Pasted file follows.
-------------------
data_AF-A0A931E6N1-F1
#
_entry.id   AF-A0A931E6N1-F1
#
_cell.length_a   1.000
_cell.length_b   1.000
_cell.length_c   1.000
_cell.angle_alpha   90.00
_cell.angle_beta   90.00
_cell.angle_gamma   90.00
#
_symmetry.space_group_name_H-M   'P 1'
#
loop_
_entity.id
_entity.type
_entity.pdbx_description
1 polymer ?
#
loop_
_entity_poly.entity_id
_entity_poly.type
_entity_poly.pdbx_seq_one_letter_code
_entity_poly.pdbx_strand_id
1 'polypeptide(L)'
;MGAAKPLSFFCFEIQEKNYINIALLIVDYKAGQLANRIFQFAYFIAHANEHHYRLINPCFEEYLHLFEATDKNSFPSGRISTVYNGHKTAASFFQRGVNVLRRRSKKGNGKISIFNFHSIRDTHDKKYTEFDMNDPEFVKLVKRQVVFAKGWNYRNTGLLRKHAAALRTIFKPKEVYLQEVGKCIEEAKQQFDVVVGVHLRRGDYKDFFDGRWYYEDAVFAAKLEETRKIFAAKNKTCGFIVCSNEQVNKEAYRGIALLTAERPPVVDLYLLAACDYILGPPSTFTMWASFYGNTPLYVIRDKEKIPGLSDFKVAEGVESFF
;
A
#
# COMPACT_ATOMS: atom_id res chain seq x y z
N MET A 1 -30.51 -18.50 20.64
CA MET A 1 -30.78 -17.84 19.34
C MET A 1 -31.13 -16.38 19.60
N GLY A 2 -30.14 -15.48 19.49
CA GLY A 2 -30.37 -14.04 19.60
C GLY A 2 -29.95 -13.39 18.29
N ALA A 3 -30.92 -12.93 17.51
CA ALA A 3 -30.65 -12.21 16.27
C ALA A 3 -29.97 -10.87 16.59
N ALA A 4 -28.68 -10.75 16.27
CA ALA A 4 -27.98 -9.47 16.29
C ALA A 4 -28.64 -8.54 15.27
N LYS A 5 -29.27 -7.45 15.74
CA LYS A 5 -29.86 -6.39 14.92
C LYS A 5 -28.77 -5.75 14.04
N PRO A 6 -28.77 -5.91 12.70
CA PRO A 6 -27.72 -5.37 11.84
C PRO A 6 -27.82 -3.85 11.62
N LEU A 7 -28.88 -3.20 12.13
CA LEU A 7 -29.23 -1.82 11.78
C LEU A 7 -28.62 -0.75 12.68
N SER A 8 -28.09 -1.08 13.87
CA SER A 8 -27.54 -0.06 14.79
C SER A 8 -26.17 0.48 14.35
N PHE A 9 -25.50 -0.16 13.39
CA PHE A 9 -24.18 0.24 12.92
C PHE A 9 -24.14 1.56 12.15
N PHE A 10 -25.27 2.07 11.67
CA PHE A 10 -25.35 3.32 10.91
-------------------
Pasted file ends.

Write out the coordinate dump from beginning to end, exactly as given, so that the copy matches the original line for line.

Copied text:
data_AF-A0A931E6N1-F1
#
_entry.id   AF-A0A931E6N1-F1
#
_cell.length_a   1.000
_cell.length_b   1.000
_cell.length_c   1.000
_cell.angle_alpha   90.00
_cell.angle_beta   90.00
_cell.angle_gamma   90.00
#
_symmetry.space_group_name_H-M   'P 1'
#
loop_
_entity.id
_entity.type
_entity.pdbx_description
1 polymer ?
#
loop_
_entity_poly.entity_id
_entity_poly.type
_entity_poly.pdbx_seq_one_letter_code
_entity_poly.pdbx_strand_id
1 'polypeptide(L)'
;MGAAKPLSFFCFEIQEKNYINIALLIVDYKAGQLANRIFQFAYFIAHANEHHYRLINPCFEEYLHLFEATDKNSFPSGRISTVYNGHKTAASFFQRGVNVLRRRSKKGNGKISIFNFHSIRDTHDKKYTEFDMNDPEFVKLVKRQVVFAKGWNYRNTGLLRKHAAALRTIFKPKEVYLQEVGKCIEEAKQQFDVVVGVHLRRGDYKDFFDGRWYYEDAVFAAKLEETRKIFAAKNKTCGFIVCSNEQVNKEAYRGIALLTAERPPVVDLYLLAACDYILGPPSTFTMWASFYGNTPLYVIRDKEKIPGLSDFKVAEGVESFF
;
A
#
# COMPACT_ATOMS: atom_id res chain seq x y z
N MET A 1 -30.51 -18.50 20.64
CA MET A 1 -30.78 -17.84 19.34
C MET A 1 -31.13 -16.38 19.60
N GLY A 2 -30.14 -15.48 19.49
CA GLY A 2 -30.37 -14.04 19.60
C GLY A 2 -29.95 -13.39 18.29
N ALA A 3 -30.92 -12.93 17.51
CA ALA A 3 -30.65 -12.21 16.27
C ALA A 3 -29.97 -10.87 16.59
N ALA A 4 -28.68 -10.75 16.27
CA ALA A 4 -27.98 -9.47 16.29
C ALA A 4 -28.64 -8.54 15.27
N LYS A 5 -29.27 -7.45 15.74
CA LYS A 5 -29.86 -6.39 14.92
C LYS A 5 -28.77 -5.75 14.04
N PRO A 6 -28.77 -5.91 12.70
CA PRO A 6 -27.72 -5.37 11.84
C PRO A 6 -27.82 -3.85 11.62
N LEU A 7 -28.88 -3.20 12.13
CA LEU A 7 -29.23 -1.82 11.78
C LEU A 7 -28.62 -0.75 12.68
N SER A 8 -28.09 -1.08 13.87
CA SER A 8 -27.54 -0.06 14.79
C SER A 8 -26.17 0.48 14.35
N PHE A 9 -25.50 -0.16 13.39
CA PHE A 9 -24.18 0.24 12.92
C PHE A 9 -24.14 1.56 12.15
N PHE A 10 -25.27 2.07 11.67
CA PHE A 10 -25.35 3.32 10.91